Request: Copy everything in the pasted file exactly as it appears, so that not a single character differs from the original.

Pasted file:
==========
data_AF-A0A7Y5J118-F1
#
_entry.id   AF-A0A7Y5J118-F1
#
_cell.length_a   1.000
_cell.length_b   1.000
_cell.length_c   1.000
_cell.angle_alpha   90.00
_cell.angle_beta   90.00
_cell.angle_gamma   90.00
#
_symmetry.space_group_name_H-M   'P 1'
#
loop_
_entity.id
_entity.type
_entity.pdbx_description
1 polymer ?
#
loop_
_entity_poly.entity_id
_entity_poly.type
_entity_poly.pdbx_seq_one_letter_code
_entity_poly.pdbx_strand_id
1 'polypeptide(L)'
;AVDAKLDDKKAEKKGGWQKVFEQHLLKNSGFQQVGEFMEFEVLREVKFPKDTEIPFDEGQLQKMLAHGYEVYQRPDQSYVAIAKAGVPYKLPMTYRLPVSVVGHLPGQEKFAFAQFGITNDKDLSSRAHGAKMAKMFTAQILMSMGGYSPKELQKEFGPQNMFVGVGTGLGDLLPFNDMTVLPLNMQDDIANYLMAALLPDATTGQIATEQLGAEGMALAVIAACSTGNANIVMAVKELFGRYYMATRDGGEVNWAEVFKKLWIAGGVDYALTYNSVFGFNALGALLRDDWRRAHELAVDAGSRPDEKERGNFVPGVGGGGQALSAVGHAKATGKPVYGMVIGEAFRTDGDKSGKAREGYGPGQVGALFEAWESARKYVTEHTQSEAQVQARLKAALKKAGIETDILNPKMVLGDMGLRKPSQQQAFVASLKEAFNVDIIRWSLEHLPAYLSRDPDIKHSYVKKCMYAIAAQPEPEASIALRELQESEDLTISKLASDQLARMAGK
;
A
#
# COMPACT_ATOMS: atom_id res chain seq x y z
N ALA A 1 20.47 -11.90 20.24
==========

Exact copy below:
data_AF-A0A7Y5J118-F1
#
_entry.id   AF-A0A7Y5J118-F1
#
_cell.length_a   1.000
_cell.length_b   1.000
_cell.length_c   1.000
_cell.angle_alpha   90.00
_cell.angle_beta   90.00
_cell.angle_gamma   90.00
#
_symmetry.space_group_name_H-M   'P 1'
#
loop_
_entity.id
_entity.type
_entity.pdbx_description
1 polymer ?
#
loop_
_entity_poly.entity_id
_entity_poly.type
_entity_poly.pdbx_seq_one_letter_code
_entity_poly.pdbx_strand_id
1 'polypeptide(L)'
;AVDAKLDDKKAEKKGGWQKVFEQHLLKNSGFQQVGEFMEFEVLREVKFPKDTEIPFDEGQLQKMLAHGYEVYQRPDQSYVAIAKAGVPYKLPMTYRLPVSVVGHLPGQEKFAFAQFGITNDKDLSSRAHGAKMAKMFTAQILMSMGGYSPKELQKEFGPQNMFVGVGTGLGDLLPFNDMTVLPLNMQDDIANYLMAALLPDATTGQIATEQLGAEGMALAVIAACSTGNANIVMAVKELFGRYYMATRDGGEVNWAEVFKKLWIAGGVDYALTYNSVFGFNALGALLRDDWRRAHELAVDAGSRPDEKERGNFVPGVGGGGQALSAVGHAKATGKPVYGMVIGEAFRTDGDKSGKAREGYGPGQVGALFEAWESARKYVTEHTQSEAQVQARLKAALKKAGIETDILNPKMVLGDMGLRKPSQQQAFVASLKEAFNVDIIRWSLEHLPAYLSRDPDIKHSYVKKCMYAIAAQPEPEASIALRELQESEDLTISKLASDQLARMAGK
;
A
#
# COMPACT_ATOMS: atom_id res chain seq x y z
N ALA A 1 20.47 -11.90 20.24